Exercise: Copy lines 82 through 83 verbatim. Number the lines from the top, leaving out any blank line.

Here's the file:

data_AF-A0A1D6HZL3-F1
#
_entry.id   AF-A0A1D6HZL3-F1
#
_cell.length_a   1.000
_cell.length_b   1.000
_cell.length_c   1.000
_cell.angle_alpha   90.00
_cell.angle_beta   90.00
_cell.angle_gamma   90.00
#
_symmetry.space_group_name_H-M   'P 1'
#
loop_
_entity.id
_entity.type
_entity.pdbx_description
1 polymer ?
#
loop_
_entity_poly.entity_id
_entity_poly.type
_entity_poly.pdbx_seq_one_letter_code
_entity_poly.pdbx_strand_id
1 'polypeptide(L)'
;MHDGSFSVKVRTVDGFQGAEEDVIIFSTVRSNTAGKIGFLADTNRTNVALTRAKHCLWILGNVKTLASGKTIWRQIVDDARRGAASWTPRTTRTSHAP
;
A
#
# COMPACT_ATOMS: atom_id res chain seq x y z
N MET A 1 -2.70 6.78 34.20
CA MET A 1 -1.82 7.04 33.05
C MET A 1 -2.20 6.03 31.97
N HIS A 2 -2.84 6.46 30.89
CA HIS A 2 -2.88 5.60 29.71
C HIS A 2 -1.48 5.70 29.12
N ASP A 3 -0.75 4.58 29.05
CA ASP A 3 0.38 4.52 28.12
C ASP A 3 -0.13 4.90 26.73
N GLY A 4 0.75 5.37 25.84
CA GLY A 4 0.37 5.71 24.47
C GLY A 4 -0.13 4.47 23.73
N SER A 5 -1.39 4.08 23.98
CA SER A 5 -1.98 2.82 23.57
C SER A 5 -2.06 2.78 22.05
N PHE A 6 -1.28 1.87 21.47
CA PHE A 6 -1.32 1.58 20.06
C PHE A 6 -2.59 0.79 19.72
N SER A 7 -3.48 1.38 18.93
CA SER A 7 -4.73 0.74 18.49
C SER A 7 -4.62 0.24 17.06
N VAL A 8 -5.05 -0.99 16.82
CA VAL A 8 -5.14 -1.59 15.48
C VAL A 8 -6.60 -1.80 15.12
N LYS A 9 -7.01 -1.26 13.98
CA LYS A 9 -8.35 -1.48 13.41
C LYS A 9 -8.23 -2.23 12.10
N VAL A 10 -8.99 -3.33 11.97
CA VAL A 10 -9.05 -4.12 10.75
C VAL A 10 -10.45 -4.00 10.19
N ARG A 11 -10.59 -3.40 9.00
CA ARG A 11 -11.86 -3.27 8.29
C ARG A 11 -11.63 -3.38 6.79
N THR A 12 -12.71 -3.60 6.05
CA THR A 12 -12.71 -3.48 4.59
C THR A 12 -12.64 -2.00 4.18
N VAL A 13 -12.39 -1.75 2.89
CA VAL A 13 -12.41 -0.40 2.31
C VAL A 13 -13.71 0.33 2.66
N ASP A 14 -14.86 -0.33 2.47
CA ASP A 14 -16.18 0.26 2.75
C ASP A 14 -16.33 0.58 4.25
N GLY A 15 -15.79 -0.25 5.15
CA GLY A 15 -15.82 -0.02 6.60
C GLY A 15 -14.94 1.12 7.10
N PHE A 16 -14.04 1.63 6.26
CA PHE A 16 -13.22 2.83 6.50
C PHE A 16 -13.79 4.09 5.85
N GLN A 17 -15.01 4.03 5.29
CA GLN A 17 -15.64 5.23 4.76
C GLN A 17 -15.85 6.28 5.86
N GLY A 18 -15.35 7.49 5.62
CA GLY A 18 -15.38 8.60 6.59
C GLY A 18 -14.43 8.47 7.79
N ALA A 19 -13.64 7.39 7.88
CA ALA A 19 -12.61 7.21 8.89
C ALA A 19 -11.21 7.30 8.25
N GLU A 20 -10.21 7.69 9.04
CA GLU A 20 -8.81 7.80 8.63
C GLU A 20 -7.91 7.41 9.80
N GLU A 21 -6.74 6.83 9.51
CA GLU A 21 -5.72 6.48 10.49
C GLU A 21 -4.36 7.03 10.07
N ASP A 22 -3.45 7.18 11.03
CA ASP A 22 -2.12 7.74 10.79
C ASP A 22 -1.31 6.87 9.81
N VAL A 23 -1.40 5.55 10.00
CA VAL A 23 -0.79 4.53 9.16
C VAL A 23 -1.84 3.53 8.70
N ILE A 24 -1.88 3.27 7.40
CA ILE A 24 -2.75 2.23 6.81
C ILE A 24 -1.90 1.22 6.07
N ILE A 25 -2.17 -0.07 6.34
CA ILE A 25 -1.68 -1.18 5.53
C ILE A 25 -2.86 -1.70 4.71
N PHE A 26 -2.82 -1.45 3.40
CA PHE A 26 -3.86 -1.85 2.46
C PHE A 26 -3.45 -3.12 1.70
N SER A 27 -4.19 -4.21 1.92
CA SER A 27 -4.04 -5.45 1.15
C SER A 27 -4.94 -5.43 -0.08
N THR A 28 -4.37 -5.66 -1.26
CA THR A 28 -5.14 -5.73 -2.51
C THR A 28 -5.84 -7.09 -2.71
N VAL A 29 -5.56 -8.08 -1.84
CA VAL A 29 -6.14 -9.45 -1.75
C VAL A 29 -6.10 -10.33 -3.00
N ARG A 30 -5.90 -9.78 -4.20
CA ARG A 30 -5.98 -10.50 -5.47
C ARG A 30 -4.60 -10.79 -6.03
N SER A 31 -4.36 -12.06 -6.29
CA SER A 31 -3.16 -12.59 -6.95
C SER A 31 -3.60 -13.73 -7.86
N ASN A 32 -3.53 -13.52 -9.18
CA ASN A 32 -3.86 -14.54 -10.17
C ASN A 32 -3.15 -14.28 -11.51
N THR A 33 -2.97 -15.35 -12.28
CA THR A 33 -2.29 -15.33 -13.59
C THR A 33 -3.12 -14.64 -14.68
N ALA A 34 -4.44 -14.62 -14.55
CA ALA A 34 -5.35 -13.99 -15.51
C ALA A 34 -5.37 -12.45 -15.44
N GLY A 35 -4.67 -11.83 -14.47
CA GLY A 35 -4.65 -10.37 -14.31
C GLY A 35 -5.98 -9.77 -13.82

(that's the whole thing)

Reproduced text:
N GLY A 18 -15.35 7.49 5.62
CA GLY A 18 -15.38 8.60 6.59